Sarah Rivard

Document Type

Internship Report

Publication Date

Spring 2015


Sea turtle strandings are often associated with anthropogenic impacts. This study aims to quantify those impacts and observe any trends in overall sea turtle strandings within the Sea Turtle Stranding and Salvage Network (STSSN) zone 25 from 1980-2013. This study focuses on six main questions: 1) Are overall stranding events increasing over time?, 2) Is there seasonality to strandings?, 3) Are there significant differences in size and species distributions over time?, 4) Are there significant changes in the documentation of fishing gear/marine debris over time?, 5) Are there significant changes in the documentation of boat interactions over time?, and 6) Are reports of fibropapillomatosis increasing? A total of 1,747 stranded turtles were reported during the 1980-2013 time period for zone 25. The overall number of strandings was found to have significantly increased in the past but stabilized in recent years. A non-significant but visible trend in monthly strandings was also apparent in the data. No prominent changes in sea turtle size or species were found. No trends in fishing gear or marine debris were found. Boat interactions greatly increased from 1980-2004 but began to show a decrease in more recent years. Reports of fibropapillomas remained relatively constant over the time period starting around 1996. In conclusion, statistical tests on a larger data set are needed to determine if these trends hold true for the entire state of Florida.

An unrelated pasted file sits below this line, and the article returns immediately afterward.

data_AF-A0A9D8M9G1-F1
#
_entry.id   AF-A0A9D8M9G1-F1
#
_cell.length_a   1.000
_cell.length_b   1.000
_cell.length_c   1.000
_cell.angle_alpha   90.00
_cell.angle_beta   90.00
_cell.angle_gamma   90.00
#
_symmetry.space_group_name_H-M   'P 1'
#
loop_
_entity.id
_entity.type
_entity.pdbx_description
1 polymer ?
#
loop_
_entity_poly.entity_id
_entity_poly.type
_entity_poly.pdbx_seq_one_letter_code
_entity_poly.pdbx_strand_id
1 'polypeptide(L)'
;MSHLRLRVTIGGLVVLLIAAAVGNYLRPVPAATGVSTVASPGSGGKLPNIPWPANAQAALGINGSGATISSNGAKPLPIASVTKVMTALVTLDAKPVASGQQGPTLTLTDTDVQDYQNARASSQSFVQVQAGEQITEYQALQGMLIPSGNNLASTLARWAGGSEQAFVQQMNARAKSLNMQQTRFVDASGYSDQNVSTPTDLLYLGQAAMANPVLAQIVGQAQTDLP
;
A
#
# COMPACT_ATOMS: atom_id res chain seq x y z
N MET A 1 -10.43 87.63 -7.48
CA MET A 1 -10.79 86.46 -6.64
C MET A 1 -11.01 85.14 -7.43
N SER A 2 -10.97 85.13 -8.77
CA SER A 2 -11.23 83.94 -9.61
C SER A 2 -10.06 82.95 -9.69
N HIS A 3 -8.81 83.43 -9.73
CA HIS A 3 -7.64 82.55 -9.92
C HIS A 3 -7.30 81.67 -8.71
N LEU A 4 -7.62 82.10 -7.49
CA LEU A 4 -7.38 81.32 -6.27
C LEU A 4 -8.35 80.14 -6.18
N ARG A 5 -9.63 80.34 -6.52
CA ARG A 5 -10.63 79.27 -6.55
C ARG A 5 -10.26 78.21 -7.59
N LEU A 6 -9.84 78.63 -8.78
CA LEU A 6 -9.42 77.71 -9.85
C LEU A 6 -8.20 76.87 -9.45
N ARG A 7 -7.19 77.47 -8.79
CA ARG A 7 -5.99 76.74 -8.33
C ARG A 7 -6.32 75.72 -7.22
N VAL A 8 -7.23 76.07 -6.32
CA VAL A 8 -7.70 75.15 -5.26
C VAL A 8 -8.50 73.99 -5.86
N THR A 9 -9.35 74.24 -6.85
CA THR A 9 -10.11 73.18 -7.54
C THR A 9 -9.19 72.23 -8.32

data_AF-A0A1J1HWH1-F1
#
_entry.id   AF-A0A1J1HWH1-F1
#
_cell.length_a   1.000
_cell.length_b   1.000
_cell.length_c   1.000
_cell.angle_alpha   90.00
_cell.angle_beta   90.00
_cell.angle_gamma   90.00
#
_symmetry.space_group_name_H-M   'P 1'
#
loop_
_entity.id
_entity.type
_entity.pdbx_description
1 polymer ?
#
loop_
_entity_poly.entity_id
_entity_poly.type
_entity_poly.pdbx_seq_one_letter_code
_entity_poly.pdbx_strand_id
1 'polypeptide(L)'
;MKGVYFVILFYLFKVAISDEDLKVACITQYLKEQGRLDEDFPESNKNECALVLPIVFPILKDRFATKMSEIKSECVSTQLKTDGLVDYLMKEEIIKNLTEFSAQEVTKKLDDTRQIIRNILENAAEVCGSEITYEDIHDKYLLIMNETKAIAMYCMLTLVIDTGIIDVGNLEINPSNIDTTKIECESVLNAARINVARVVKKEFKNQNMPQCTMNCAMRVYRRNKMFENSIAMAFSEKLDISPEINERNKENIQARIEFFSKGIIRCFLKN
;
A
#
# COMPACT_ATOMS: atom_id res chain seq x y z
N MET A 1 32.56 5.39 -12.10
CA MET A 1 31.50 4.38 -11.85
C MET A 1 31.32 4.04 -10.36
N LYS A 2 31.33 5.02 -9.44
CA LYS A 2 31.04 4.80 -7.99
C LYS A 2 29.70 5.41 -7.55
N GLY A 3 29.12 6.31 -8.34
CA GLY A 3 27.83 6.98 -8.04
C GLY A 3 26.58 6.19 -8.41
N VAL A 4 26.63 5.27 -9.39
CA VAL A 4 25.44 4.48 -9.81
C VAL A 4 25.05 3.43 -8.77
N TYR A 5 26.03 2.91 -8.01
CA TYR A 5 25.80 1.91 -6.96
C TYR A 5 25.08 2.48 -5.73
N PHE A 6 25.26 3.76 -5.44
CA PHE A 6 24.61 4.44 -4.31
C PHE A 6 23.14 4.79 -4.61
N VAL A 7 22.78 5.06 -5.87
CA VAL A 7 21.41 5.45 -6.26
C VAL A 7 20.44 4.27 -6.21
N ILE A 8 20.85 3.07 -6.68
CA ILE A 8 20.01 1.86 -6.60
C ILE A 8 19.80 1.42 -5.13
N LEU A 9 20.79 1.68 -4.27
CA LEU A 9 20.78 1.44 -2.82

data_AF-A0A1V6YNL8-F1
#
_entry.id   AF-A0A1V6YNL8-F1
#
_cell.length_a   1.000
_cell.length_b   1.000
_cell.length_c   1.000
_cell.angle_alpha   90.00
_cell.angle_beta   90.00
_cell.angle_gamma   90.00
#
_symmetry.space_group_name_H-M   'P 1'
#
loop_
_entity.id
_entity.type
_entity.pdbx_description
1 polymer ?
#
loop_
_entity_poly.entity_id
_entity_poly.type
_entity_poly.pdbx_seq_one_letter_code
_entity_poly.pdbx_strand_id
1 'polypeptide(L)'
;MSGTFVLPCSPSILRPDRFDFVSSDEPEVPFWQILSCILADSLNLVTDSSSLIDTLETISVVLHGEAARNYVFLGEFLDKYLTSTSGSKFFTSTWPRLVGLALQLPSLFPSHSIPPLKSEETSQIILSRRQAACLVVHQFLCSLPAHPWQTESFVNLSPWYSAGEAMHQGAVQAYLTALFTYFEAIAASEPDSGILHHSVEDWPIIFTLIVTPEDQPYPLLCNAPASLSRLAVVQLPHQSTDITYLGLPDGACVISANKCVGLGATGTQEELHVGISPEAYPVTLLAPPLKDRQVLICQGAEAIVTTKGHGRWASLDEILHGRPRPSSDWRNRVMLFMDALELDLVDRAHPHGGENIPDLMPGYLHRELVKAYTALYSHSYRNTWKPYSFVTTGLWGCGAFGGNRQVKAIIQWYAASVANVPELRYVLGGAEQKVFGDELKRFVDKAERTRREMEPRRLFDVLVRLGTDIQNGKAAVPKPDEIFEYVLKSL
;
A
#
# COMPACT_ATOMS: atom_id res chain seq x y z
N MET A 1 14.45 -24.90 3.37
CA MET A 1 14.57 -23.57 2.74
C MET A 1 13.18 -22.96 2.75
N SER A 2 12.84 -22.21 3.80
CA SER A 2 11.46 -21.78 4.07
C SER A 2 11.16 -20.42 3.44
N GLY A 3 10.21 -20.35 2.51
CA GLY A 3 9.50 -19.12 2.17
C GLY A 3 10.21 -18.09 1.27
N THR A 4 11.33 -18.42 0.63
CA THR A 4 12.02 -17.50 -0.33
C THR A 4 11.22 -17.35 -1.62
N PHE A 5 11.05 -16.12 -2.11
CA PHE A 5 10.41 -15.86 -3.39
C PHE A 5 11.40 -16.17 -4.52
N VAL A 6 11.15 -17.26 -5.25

Department: MBE

MPS Track: TME

Location: NOAA SEFSC ( Miami, FL )

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